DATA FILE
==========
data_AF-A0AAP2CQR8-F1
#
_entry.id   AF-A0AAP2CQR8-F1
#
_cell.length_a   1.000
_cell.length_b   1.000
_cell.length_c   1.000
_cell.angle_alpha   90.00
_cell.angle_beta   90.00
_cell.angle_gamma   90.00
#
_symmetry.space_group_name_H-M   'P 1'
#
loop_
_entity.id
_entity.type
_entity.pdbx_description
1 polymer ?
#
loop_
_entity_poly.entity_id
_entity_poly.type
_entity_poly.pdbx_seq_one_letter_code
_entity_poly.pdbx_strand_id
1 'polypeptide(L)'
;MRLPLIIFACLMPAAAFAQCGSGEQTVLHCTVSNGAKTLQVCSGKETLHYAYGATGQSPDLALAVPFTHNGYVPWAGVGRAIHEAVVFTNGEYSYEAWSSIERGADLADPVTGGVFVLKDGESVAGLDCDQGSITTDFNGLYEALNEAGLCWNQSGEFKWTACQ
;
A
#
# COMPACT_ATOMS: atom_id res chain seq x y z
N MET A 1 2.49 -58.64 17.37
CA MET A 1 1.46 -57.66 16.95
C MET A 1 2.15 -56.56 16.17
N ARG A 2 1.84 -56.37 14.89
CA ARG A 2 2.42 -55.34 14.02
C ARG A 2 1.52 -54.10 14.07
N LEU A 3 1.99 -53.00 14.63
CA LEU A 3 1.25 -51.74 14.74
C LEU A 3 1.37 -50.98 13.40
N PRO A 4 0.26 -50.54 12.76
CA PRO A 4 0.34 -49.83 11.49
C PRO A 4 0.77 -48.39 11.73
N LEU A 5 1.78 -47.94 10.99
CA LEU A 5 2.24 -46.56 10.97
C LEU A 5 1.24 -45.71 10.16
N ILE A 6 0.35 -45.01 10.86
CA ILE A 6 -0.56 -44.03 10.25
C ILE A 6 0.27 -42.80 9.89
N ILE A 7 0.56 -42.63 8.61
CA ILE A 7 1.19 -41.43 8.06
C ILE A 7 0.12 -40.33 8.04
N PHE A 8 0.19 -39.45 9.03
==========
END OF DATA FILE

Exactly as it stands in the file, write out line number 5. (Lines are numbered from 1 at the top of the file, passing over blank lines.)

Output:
_cell.length_a   1.000